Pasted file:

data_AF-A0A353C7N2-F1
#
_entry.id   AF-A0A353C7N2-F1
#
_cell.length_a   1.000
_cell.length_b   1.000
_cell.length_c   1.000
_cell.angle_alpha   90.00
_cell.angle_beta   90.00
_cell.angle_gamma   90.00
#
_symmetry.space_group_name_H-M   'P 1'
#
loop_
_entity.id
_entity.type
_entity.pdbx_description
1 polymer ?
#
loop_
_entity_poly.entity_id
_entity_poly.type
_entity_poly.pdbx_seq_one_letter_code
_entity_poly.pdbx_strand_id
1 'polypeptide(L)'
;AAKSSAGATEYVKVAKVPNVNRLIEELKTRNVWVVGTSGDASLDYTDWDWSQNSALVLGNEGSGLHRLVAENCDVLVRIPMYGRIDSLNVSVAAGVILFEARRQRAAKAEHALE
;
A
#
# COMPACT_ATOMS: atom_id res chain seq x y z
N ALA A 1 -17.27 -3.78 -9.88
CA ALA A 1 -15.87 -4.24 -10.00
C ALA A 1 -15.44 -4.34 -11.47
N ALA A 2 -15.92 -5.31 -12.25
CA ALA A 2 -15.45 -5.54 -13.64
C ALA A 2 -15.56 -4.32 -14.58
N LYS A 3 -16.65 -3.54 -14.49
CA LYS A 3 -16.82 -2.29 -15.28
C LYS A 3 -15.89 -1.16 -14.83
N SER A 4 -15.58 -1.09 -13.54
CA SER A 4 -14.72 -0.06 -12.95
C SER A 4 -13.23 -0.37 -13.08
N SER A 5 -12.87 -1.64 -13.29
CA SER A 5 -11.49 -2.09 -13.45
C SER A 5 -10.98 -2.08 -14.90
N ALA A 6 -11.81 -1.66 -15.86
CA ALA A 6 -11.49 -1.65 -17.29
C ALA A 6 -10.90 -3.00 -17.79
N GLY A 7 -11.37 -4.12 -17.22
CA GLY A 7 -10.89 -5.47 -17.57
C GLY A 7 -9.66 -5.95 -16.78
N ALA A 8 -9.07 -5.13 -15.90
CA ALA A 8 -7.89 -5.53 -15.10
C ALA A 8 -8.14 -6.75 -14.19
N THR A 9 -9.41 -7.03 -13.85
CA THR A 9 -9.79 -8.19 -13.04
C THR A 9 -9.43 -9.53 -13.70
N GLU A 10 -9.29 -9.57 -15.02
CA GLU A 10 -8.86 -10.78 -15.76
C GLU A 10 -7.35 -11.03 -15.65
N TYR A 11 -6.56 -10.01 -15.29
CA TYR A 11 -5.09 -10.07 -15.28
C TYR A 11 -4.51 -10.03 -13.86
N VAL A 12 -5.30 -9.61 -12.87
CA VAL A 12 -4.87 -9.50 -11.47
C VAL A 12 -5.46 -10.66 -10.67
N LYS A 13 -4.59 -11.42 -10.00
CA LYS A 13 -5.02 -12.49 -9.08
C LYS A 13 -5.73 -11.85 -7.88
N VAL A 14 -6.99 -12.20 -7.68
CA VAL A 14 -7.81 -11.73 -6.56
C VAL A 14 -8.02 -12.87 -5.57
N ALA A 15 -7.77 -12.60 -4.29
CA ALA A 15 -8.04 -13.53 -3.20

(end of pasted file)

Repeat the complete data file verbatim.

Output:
data_AF-A0A353C7N2-F1
#
_entry.id   AF-A0A353C7N2-F1
#
_cell.length_a   1.000
_cell.length_b   1.000
_cell.length_c   1.000
_cell.angle_alpha   90.00
_cell.angle_beta   90.00
_cell.angle_gamma   90.00
#
_symmetry.space_group_name_H-M   'P 1'
#
loop_
_entity.id
_entity.type
_entity.pdbx_description
1 polymer ?
#
loop_
_entity_poly.entity_id
_entity_poly.type
_entity_poly.pdbx_seq_one_letter_code
_entity_poly.pdbx_strand_id
1 'polypeptide(L)'
;AAKSSAGATEYVKVAKVPNVNRLIEELKTRNVWVVGTSGDASLDYTDWDWSQNSALVLGNEGSGLHRLVAENCDVLVRIPMYGRIDSLNVSVAAGVILFEARRQRAAKAEHALE
;
A
#
# COMPACT_ATOMS: atom_id res chain seq x y z
N ALA A 1 -17.27 -3.78 -9.88
CA ALA A 1 -15.87 -4.24 -10.00
C ALA A 1 -15.44 -4.34 -11.47
N ALA A 2 -15.92 -5.31 -12.25
CA ALA A 2 -15.45 -5.54 -13.64
C ALA A 2 -15.56 -4.32 -14.58
N LYS A 3 -16.65 -3.54 -14.49
CA LYS A 3 -16.82 -2.29 -15.28
C LYS A 3 -15.89 -1.16 -14.83
N SER A 4 -15.58 -1.09 -13.54
CA SER A 4 -14.72 -0.06 -12.95
C SER A 4 -13.23 -0.37 -13.08
N SER A 5 -12.87 -1.64 -13.29
CA SER A 5 -11.49 -2.09 -13.45
C SER A 5 -10.98 -2.08 -14.90
N ALA A 6 -11.81 -1.66 -15.86
CA ALA A 6 -11.49 -1.65 -17.29
C ALA A 6 -10.90 -3.00 -17.79
N GLY A 7 -11.37 -4.12 -17.22
CA GLY A 7 -10.89 -5.47 -17.57
C GLY A 7 -9.66 -5.95 -16.78
N ALA A 8 -9.07 -5.13 -15.90
CA ALA A 8 -7.89 -5.53 -15.10
C ALA A 8 -8.14 -6.75 -14.19
N THR A 9 -9.41 -7.03 -13.85
CA THR A 9 -9.79 -8.19 -13.04
C THR A 9 -9.43 -9.53 -13.70
N GLU A 10 -9.29 -9.57 -15.02
CA GLU A 10 -8.86 -10.78 -15.76
C GLU A 10 -7.35 -11.03 -15.65
N TYR A 11 -6.56 -10.01 -15.29
CA TYR A 11 -5.09 -10.07 -15.28
C TYR A 11 -4.51 -10.03 -13.86
N VAL A 12 -5.30 -9.61 -12.87
CA VAL A 12 -4.87 -9.50 -11.47
C VAL A 12 -5.46 -10.66 -10.67
N LYS A 13 -4.59 -11.42 -10.00
CA LYS A 13 -5.02 -12.49 -9.08
C LYS A 13 -5.73 -11.85 -7.88
N VAL A 14 -6.99 -12.20 -7.68
CA VAL A 14 -7.81 -11.73 -6.56
C VAL A 14 -8.02 -12.87 -5.57
N ALA A 15 -7.77 -12.60 -4.29
CA ALA A 15 -8.04 -13.53 -3.20